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I worried about leaving my daughters for 7 weeks. Here’s why I went ahead

SINGAPORE: Tam Wai Jia was clearing emails one Saturday afternoon in October 2021 when a new message came in.

It was from her mentor, a professor at the National University of Singapore’s Yong Loo Lin School of Medicine, where she worked. It was a call for humanitarian assistance for the COVID-19 pandemic in Africa by the United Nations Children’s Fund (UNICEF) and the World Health Organisation (WHO).

“Wanna go?” the professor had written.

For Tam, 35, it was an opportunity to fulfil a long-buried childhood dream. But as she stared at the email, her first response was, simply, “no”.

“This is not for me,” she remembers telling herself. “It’s for other people who are free and single and don’t have to be a mom to two young kids.”

Tam is a humanitarian doctor and speaker who has written and illustrated several children’s books. She also runs an international non-profit, Kitesong Global, which aims to inspire people to realise their dreams through tools such as storytelling and partnerships with grassroots organisations.

But the heart of her identity, she says, is that of a mother.

Tam, whose two daughters Sarah-Faith and Esther-Praise were aged four and two at the time, tucked the email aside. But for weeks, it continued to bug her.

“I think deep down inside … a part of me was disappointed because this was my dream,” she said.

Finally, she confided in her husband, Cliff, a stay-at-home dad. She was not prepared for his response. “Wai Jia, this is what you’ve been training for your entire life,” he told her.

“You just have to go.”

In the fifth episode of the podcast Imperfect by CNA Insider, Tam talks about how she grappled with guilt and realised she’d made the right decision to spend seven weeks as a risk communication and community engagement consultant in Eswatini, a land-locked kingdom that is one of the smallest countries in Africa.

LISTEN: Am I a bad parent … if I left my children to do humanitarian work?

SHE WANTED HUMANITARIAN WORK TO BE HER LIFE

From young, Tam developed a passion for humanitarian work. After completing her A Levels, she had an opportunity to volunteer at a children’s home in Nepal.

In her six weeks there, she lived with some girls in a basement without heating in the dead of winter. Even then, she found that “these girls who had been abused and abandoned, they just fill the house with so much warmth”.

It didn’t last. One day, the girls were evicted from the house, and Tam remembers “a part of her being permanently shattered”.

Then it dawned on her there was still something she could do.

She’d always loved art and, when back in Singapore, she wrote and illustrated a children’s picture book to raise money for the girls. The book, Kitesong, ended up raising more than S$100,000 — enough to secure a permanent home for the girls.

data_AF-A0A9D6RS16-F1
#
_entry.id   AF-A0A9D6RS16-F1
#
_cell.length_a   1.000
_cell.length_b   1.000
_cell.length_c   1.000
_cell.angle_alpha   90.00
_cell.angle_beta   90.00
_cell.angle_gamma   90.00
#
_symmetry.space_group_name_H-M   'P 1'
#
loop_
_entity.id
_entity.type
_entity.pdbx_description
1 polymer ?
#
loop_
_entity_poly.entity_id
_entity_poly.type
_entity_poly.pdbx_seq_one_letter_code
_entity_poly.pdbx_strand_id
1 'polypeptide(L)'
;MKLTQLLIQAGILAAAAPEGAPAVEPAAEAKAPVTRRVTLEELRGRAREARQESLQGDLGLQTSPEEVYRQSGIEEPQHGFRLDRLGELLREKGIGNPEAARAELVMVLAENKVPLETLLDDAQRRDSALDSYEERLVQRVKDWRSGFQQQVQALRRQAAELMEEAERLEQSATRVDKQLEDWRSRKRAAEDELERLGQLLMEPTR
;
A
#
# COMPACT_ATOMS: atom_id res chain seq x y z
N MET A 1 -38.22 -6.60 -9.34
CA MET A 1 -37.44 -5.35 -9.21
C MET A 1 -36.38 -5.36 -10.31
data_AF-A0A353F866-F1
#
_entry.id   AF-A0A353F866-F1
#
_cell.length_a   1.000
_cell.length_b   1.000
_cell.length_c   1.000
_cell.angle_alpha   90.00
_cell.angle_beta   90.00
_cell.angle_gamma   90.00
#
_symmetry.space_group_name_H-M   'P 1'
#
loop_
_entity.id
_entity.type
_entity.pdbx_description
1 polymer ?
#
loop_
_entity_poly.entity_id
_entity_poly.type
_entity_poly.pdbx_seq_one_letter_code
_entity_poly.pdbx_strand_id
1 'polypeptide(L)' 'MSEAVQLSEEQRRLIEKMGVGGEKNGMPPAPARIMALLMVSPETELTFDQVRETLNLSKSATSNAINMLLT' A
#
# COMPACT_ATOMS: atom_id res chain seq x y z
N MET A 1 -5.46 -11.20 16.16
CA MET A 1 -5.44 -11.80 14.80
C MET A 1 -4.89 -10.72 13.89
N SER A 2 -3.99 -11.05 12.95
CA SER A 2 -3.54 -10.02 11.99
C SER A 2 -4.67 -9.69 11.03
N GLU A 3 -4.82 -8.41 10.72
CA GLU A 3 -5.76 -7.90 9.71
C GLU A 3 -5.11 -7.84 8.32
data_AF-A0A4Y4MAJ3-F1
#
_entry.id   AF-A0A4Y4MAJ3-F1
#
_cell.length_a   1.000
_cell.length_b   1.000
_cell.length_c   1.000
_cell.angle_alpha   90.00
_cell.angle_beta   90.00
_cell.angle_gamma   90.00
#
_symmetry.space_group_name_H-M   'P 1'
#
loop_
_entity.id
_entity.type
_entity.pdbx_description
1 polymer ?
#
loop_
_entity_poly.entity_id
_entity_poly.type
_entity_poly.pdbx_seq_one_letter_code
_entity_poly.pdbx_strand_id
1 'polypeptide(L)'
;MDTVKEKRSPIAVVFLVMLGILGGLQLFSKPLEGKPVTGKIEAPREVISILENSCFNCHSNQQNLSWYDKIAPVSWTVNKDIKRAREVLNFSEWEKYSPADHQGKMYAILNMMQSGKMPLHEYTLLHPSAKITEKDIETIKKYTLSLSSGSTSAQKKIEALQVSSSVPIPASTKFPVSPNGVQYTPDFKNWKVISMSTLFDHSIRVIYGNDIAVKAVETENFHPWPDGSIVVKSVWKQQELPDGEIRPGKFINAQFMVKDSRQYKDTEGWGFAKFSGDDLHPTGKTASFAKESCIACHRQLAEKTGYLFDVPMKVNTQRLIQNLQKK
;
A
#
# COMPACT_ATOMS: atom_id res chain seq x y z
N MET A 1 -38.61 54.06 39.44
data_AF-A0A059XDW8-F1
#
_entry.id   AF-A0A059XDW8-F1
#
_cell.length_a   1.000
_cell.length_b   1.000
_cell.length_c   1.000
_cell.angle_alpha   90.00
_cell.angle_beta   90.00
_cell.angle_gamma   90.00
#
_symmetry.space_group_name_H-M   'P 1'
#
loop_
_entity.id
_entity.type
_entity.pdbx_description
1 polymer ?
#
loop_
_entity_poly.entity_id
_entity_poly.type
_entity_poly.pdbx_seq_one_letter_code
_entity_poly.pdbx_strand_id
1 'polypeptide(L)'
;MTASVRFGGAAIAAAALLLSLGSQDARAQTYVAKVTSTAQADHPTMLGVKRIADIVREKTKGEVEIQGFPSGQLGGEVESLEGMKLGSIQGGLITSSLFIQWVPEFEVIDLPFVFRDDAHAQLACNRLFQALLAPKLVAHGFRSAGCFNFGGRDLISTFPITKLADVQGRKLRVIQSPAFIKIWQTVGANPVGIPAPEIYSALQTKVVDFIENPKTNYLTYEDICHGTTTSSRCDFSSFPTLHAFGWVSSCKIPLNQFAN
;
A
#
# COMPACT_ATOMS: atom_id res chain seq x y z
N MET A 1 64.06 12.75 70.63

Looking back, this was the moment that convinced her of “the power of little dreams”.

She realised she wanted to do more to help underprivileged communities. “I discovered that I didn’t just want to do this as a hobby any more,” she said. “I really wanted it to be a part of my life.

“And then later on, as I continued to do more, I realised I wanted it to be my life.”

In the years after that, she travelled to countries like China, Myanmar, India, Cambodia and the Philippines on humanitarian trips. She even spent a year in Uganda with her husband.

In 2019, she returned to Singapore to serve her bond from medical school and, shortly after,  COVID-19 halted her travel plans. She settled into life here, homeschooling her two daughters. As far as she was concerned, this was her season to be a mum.

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That was why Tam found herself in a dilemma when the email from her mentor came along.

“This was my dream my whole life, to do something meaningful like that,” she recalls thinking. But she wondered how her children and husband would fare without her.

It was Cliff who reminded her: Doing humanitarian work and helping the poor was something they stood for as a family. And their daughters needed to see it in action.

“It’s easy as parents to want to impart (values) to our children through speech,” she said. “But nothing beats showing and modelling to them, when they see their own parents’ (actions).

“I wanted to be the kind of mum my children can look up to and say, ‘I really want to be like my mum.’”

How did Tam manage the separation from her children and husband, and how did she realise she’d made the right decision to go? Find out in the podcast Imperfect by CNA Insider.

Imperfect by CNA Insider is a podcast on which young mother Lianne Chia talks to other parents grappling with dilemmas that cause them to question whether they are doing things right. New episodes every Saturday, for a limited time.

Read this story in Bahasa Melayu here. 

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